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I read an article the other day about the PCUSA church, and I will preface this question with the disclaimer that I have not done extensive research on the church, but it said that they hold the Bible to be doctrine and teach from it, but do not believe that it is without error. The article was written in response to the PCUSA changing their definition of marriage from "between a man and a woman" to "between two people", essentially supporting gay marriage.

2 Timothy 3:16-17 - "All Scripture is breathed out by God and profitable for teaching, for reproof, for correction, and for training in righteousness, that the man of God may be competent, equipped for every good work."

If the Bible itself says that ALL scripture is God breathed, how can one believe this is not true (by saying it is not inerrant) and yet still hold it to be doctrine?

I guess I'm just curious as to the logic behind teaching from the bible which explicitly says something is wrong, but then supporting it? The Bible doesn't really seem to me like something you get to pick and choose what of it you want to believe.

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marked as duplicate by Jon Ericson Oct 17 at 20:28

This question has been asked before and already has an answer. If those answers do not fully address your question, please ask a new question.

    
    
also related: christianity.stackexchange.com/q/1225/69 –  warren Jun 28 at 4:07
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is "PCUSA", the Presbyterian Church? be nice if the acronym was spelled out at least once. –  robert bristow-johnson Oct 17 at 15:10
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Are you trying to ask about the general principles the PCUSA (and yes, you should edit your question to define that acronym, as @robertbristow-johnson says) uses to interpret scripture? Are you asking what the PCUSA believe about homosexuality, and how they support that belief with scripture? Are you asking about how the Bible should be interpreted (on either or both of the above points)? Or are you asking all of these things at once? Basically, I think your question is unclear, and hence not useful. –  TRiG Oct 17 at 19:18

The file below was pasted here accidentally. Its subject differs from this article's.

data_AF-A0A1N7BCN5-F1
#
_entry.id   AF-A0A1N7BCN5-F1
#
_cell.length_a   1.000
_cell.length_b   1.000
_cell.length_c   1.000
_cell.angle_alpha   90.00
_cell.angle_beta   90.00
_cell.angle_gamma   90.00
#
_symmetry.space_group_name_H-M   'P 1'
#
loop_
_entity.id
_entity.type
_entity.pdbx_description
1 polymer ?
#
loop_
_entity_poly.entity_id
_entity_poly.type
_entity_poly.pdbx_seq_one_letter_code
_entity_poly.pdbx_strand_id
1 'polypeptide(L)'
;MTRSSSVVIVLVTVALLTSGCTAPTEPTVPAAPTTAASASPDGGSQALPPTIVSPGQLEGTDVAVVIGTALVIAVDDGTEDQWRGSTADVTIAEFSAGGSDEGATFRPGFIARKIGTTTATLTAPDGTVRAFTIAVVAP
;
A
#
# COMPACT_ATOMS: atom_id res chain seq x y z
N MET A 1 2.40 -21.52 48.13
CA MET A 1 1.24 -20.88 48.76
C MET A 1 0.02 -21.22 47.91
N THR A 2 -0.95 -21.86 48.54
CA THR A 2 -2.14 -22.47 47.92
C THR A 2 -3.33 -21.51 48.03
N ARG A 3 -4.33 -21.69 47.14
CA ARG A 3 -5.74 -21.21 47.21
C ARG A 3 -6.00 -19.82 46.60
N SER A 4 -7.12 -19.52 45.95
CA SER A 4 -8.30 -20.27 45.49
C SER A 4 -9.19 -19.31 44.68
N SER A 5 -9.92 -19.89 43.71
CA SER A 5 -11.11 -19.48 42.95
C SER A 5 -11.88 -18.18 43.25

I'm in agreement with @TRiG: if the question is just about how PCUSA arrives at their position, the excursion to 2 Timothy 3:16-17 is unhelpful. I considered an edit, but I don't know exactly what you are asking. So I'm going to close the question as a duplicate of a more general question. If someone edits the question to be more clear/specific, it can be reopened. –  Jon Ericson Oct 17 at 20:28

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If you hold from the outset that the Bible can contain errors, then it would obviously be easy to say that the passage in the Bible that says otherwise (2 Timothy 3:16-17) is itself in error. So I suppose that's the answer. Inerrancy is not a doctrine you can derive from the Bible if you don't already believe in inerrancy, since you will simply dismiss 2 Timothy 3:16-17 as wishful thinking if you aren't already convinced of the doctrine of inerrancy. Why do people who don't believe in the Bible not all of the sudden change their minds when 2 Timothy 3:16-17 is read to them? Because they don't believe in the Bible, so why would a quotation from the Bible convince them?

But when you're dealing with a church that doesn't believe in inerrancy, its more than with some atheist. They need the Bible to legitimize themselves, but they don't want to accept certain things it says. Its just like politicians who wrap themselves behind the Constitution, or more particularly the Bill of Rights, while at the same time trying to take away some of the rights guaranteed there. When you need a document to legitimize your business enterprise, you use as much of it as you want, to your profit, and reject as much of it as you don't want.